In India, Culture and Heritage are the back-bone of the tourism industry which yielded over $ 30 billion in foreign exchange during the year 2019. Rajasthan which accounts for over 11% of the total foreign tourist arrivals in India has hundreds of protected monuments, with several having been designated as UNESCO World Heritage sites. These serve as virtual magnets attracting foreign as well as domestic tourists in lakhs, and making tourism in Rajasthan a multi-billion dollar industry. Similarly, several other States and Union Territories, like Uttar Pradesh, Maharashtra, Delhi, etc., are also raking in huge returns from the tourism industry based on their heritage and culture. The question is that why Jammu should not get its due share by appropriately conserving and showcasing its rich heritage, especially the Mubarak Mandi Heritage Complex which has the potential to put Jammu on the World Heritage Tourism Map.
The symbolic recognition of the erstwhile Dogra rulers of Jammu and Kashmir has fired the enthusiasm of Jammu’s inhabitants, and has lifted their morale after decades of somewhat cynical brooding. To translate this energy into tangible social, economic and political outcomes the legacy bequeathed by these great personalities needs to be befittingly highlighted in its complete historical and cultural context. For this, it is important to bring into focus the rich and multifaceted heritage passed on by the entire pantheon of Maharajas, Generals and warriors of the Dogra era, including the geographical outcomes of their military prowess and political astuteness; the core values demonstrated by their successful, even handed governance of a multicultural population for over a century; and, their progressive social, economic and developmental perspectives which laid the foundations of this modern State/Union Territory.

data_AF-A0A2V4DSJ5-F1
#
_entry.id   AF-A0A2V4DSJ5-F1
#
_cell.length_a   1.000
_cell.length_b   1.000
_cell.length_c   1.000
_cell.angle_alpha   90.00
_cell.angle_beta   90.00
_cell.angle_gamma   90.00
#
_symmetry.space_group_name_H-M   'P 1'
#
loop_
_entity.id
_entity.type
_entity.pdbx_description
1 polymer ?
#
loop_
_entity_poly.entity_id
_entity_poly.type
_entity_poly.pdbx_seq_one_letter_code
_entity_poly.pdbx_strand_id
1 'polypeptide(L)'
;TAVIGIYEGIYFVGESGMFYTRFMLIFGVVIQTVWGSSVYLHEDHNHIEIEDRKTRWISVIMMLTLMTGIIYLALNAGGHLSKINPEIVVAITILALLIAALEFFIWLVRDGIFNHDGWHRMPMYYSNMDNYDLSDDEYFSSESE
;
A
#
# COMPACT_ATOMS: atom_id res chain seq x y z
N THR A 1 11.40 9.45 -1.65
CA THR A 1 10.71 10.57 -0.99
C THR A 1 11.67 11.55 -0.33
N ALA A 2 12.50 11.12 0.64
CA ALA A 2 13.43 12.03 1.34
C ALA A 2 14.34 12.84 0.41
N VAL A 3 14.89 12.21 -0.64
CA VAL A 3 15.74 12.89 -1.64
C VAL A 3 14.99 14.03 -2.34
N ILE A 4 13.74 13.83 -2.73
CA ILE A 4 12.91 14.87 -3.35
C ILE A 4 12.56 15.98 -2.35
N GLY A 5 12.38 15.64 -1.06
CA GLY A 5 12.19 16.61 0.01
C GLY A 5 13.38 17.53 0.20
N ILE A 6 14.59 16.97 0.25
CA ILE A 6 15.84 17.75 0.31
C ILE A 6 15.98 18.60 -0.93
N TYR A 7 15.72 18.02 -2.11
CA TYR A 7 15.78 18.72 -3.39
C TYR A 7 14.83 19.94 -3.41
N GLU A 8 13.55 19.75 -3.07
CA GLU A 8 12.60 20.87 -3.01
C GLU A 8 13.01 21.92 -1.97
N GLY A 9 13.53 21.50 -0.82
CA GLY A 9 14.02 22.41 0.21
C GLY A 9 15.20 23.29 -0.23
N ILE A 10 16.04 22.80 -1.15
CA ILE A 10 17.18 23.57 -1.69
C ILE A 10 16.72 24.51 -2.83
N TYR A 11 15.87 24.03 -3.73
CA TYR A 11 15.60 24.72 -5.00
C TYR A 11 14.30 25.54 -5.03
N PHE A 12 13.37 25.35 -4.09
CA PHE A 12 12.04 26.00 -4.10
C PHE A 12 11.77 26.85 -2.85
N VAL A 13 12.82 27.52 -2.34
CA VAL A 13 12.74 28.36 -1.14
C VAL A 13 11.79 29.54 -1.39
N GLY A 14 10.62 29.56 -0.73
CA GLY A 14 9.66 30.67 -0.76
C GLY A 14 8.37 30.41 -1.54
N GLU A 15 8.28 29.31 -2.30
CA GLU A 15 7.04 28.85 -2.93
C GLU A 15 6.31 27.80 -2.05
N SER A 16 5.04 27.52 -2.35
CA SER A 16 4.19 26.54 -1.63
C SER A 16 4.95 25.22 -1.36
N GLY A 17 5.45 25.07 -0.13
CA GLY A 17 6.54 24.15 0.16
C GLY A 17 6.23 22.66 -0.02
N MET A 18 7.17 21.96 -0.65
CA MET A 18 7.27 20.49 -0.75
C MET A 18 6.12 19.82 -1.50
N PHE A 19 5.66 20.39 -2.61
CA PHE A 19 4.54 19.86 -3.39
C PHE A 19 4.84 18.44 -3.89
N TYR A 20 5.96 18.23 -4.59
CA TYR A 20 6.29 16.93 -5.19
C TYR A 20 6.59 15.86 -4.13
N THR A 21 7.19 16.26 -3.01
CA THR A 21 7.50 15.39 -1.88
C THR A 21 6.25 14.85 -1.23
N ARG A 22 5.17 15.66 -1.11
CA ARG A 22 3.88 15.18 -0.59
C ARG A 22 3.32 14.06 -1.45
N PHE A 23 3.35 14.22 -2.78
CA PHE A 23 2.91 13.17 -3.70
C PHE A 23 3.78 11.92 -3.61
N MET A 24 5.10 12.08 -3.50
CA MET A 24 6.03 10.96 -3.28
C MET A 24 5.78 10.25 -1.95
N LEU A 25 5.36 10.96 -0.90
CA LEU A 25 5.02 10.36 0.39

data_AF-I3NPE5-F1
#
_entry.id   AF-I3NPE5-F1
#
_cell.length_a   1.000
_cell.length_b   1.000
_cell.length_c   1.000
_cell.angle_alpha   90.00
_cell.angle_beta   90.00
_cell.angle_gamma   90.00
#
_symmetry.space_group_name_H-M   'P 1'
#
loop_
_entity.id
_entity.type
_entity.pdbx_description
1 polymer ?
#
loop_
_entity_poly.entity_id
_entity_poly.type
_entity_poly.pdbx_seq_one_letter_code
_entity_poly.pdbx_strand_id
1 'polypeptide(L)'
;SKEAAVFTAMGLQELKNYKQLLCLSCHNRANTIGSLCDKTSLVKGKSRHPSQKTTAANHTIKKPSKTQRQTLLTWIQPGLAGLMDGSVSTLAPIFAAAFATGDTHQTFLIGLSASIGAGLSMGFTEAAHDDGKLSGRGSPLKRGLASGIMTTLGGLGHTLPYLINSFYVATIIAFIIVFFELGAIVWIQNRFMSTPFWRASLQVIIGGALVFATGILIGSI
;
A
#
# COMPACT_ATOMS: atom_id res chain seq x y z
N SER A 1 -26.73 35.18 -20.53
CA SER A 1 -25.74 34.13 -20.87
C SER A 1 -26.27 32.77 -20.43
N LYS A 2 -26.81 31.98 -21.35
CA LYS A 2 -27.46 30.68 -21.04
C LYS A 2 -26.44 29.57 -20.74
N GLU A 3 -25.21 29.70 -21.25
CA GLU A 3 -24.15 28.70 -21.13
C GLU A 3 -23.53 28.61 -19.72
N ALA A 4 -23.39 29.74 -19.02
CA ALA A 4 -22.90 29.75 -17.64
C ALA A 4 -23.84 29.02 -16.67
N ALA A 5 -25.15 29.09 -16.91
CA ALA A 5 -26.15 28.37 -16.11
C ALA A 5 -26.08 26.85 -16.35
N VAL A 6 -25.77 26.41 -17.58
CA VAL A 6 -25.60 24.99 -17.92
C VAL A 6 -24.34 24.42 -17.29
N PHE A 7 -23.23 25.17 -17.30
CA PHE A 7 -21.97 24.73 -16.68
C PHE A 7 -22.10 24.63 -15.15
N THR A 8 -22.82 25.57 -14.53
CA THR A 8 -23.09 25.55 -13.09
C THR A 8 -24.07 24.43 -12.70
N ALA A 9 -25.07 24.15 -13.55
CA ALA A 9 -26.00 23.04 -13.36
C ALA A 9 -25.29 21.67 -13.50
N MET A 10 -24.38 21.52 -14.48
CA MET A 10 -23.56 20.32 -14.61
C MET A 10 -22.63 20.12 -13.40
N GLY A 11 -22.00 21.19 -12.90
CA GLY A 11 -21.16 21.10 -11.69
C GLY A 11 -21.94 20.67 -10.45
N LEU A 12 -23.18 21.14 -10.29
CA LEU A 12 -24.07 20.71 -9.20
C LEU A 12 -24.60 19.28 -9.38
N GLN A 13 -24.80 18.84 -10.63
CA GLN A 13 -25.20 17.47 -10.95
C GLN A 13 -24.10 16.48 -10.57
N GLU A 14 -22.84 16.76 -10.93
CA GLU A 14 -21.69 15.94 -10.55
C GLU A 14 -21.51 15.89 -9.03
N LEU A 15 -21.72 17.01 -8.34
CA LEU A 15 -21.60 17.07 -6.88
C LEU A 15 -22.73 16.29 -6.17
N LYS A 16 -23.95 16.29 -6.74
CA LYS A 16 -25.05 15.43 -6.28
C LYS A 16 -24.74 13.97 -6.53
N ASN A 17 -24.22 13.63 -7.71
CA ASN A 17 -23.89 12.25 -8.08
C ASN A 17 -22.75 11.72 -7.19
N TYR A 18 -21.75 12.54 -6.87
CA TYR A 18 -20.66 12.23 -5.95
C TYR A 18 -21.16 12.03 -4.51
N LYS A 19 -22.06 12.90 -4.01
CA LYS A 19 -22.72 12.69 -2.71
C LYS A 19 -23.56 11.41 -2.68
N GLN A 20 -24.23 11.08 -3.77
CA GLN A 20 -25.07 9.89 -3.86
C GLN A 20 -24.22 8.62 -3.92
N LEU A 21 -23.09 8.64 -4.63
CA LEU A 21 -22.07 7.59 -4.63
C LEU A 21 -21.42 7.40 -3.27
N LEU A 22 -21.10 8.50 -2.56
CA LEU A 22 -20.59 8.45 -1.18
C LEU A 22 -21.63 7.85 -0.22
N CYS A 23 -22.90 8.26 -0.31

Amongst the numerous vestiges of their pioneering achievements in different fields of human endeavor, the architectural genius of the magnificent Mubarak Mandi Palace Complex, Jammu, their erstwhile seat of power, stands out as an iconic edifice symbolizing Jammu’s identity and culture. It presents the most appropriate platform for showcasing, before the World as well as the future generations, the history and past glory of the people, of all faiths, who inhabit this region. With around 25 heritage buildings built around several courtyards, it has sufficient space to dedicate galleries to highlight the life and achievements of not only Maharaja Hari Singh, Maharaja Gulab Singh, and other Maharajas in the lineage who made sterling contributions in consolidating the State, but also of the outstanding warriors like General Zorawar Singh, Brigadier Rajinder Singh and others who crafted history by their deeds of valour and sacrifice. It also has the appropriate spaces to display the culture, pageantry, cuisine, arts and crafts of all diverse regions of the erstwhile undivided State including, besides Jammu, the Kashmir, Ladakh, Gilgit-Baltistan and Chitral territories.